NAM JUNE PAIK, Global Groove, 1973, video, 28 min 30 sec. Installation view at Korean Cultural Centre, London, 2008. Photo by Robert Chadwick. Courtesy Korean Cultural Centre, London.

“Good Morning, Mr. Nam June Paik!”

Korean Cultural Centre UK
UK Korea, South

The inaugural exhibition at London’s new Korean Cultural Centre (KCC), “Good Morning, Mr. Nam June Paik!” presented works by 24 contemporary Korean artists. One of Korea’s most famous contemporary artists, Nam June Paik (1932-2006) is regarded as the founder of video art. The title is a wink to a piece he made to air on January 1, 1984, Good Morning, Mr. Orwell (1984), which celebrated the idea that Orwell’s dystopian future had not come to pass. Viewed by 25 million people internationally, it is recognized as the first live satellite installation work. Three of Paik’s video works were on view in this exhibition, which looked to his humor and optimistic spirit for inspiration.

Curator and critic Jiyoon Lee played a key role in the KCC’s opening, from curating the exhibition to convincing the museum’s directors to commission subversive artist Choi Jeong-hwa to overhaul the interiors. Choi’s design, which merged humorous artworks with permanent design fixtures, was the highlight of the exhibition. Mixing splashes of vivid color with slated, dark wood that links the block chairs to the reception and main walls, Choi lured viewers into a contemporary space with recognizable pieces such as his signature, mass-produced plastic flowers used to form a series of linked chandeliers.

Although the space was dominated by Choi’s eccentric design, many works vied for attention. A veneer of respectability and aesthetic elegance belied the subversive practices of the artists. The strong brushwork and layered paint of the hideous horse in Eemyun Kang’s Back of a Horse (2007) complemented Choi’s black walls, while depicting a transformational moment between forms. Jiwon Kim’s large canvas, Mendrami (2007), represents the remarkably beautiful wilderness created by Korea’s demilitarized zone (DMZ) that separates the North from the South. Ironically, this area is one of the most unspoiled stretches of land on the Korean peninsula and a sanctuary for wildlife. This theme also appears in Atta Kim’s The Western Front (2003), an eight-hour exposure of the DMZ depicting an almost idyllic landscape except for the barbed wire fencing that frames the bottom of the image.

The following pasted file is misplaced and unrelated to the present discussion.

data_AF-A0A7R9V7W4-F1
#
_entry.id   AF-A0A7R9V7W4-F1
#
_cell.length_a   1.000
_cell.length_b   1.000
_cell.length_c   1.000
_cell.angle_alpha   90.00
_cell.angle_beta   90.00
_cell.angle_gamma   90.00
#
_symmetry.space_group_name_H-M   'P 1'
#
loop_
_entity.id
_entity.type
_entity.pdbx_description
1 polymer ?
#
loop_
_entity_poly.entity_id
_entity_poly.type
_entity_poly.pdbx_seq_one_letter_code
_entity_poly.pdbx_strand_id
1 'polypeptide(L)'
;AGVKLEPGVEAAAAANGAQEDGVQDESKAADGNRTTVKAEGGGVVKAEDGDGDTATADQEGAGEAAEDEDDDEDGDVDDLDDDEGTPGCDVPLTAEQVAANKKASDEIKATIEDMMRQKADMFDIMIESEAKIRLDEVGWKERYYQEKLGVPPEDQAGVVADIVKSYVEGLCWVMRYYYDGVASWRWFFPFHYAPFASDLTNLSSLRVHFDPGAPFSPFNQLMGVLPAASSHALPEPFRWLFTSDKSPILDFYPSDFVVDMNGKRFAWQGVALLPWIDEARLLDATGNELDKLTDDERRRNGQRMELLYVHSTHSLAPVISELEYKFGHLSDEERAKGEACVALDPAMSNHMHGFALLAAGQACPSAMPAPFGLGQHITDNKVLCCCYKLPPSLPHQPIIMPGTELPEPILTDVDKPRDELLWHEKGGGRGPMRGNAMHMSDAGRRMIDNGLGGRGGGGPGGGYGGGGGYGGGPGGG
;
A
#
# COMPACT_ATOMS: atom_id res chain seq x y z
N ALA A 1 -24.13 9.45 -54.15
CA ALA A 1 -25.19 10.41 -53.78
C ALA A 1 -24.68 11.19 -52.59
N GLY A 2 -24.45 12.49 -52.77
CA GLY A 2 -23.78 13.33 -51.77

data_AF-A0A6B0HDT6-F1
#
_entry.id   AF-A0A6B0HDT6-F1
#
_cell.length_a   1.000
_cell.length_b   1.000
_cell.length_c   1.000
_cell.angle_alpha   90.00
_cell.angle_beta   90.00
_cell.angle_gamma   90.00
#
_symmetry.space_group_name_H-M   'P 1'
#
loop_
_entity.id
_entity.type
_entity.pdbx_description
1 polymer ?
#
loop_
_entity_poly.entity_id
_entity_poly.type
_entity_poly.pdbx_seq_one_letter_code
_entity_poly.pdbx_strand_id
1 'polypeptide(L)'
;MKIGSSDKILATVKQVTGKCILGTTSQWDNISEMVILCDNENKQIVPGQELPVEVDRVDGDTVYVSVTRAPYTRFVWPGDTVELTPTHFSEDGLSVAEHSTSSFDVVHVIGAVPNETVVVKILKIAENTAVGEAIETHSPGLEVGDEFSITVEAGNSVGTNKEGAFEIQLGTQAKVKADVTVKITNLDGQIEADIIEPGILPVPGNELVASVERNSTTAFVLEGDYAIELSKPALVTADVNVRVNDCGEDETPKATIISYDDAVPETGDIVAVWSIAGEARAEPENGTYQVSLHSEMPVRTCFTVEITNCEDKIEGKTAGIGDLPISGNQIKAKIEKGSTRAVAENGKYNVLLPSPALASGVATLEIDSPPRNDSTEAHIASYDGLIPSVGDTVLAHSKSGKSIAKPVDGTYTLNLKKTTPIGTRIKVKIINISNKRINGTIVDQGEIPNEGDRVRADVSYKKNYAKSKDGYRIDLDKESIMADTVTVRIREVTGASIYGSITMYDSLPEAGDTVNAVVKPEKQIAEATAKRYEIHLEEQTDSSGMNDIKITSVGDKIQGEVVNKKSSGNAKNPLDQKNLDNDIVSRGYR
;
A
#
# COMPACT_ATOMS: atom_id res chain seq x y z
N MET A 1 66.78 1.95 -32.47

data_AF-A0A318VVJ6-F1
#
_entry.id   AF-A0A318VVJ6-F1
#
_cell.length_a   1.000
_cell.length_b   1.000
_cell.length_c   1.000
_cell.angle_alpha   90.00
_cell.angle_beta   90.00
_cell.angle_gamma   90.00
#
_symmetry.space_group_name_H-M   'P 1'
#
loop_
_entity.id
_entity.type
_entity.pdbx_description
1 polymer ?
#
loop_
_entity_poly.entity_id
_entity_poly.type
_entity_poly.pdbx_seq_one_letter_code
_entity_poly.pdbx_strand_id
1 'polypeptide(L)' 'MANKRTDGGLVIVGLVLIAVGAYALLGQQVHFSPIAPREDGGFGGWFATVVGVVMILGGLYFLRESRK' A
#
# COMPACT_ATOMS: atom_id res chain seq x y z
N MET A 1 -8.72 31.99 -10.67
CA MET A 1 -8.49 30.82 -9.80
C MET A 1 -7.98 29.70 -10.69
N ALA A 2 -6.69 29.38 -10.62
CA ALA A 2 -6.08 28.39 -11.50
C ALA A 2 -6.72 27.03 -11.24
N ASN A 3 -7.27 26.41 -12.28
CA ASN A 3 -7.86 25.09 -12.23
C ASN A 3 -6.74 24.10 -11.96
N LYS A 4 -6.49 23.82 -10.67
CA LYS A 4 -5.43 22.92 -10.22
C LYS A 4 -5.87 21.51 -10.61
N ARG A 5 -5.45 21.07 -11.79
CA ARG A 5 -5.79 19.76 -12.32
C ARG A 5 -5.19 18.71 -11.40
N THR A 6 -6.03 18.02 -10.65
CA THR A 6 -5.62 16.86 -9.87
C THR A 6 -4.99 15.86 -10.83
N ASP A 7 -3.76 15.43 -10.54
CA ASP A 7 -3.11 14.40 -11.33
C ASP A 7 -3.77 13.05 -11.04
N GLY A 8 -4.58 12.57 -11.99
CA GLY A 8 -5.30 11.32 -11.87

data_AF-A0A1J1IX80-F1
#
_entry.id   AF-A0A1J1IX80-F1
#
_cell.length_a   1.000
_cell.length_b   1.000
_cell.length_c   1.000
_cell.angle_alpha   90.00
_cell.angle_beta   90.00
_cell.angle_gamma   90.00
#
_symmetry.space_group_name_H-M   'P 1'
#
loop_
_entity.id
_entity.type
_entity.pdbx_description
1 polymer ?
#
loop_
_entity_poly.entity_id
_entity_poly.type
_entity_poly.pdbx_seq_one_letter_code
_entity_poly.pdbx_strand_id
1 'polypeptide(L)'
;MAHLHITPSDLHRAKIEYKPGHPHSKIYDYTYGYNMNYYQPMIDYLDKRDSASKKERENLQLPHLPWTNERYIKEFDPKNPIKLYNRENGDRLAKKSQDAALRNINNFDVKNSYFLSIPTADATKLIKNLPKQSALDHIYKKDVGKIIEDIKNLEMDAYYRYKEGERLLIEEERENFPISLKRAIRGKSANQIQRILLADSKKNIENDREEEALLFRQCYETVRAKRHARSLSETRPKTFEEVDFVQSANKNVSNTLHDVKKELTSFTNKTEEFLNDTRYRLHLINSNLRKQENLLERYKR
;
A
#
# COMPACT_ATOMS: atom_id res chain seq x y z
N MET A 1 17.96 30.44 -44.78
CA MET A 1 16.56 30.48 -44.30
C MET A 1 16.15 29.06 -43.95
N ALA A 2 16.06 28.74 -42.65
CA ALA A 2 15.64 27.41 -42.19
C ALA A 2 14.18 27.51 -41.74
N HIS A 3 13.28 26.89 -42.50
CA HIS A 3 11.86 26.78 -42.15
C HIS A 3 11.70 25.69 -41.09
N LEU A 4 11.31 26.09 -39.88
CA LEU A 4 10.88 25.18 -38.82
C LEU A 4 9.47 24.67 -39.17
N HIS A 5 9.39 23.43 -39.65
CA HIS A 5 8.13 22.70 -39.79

Besides drawing on this theme of conflict in Korea, curator Lee is particularly interested in feminist issues such as the pressures on Korean women to adhere to standards of Western beauty. Debbie Han’s Walking Three Graces (2007) represents the iconic neoclassical sculpture of three Grecian women as Korean. Unfortunately this work hung in a corner of the gallery, a cramped arrangement that Joonsung Bae’s lenticular print, The Costume Painter’s Kiss AP2/2 (2007), also suffered from. Viewers lacked sufficient space to move and see how the image, when viewed from different angles, changes from a kissing couple to naked woman.

Ultimately, many of the works, which ranged in quality, struggled to compete with Choi’s dramatic interiors. Perhaps owing to the original intent of the exhibition, which was to be devoted to Paik alone, the established and seminal works by this master dominated.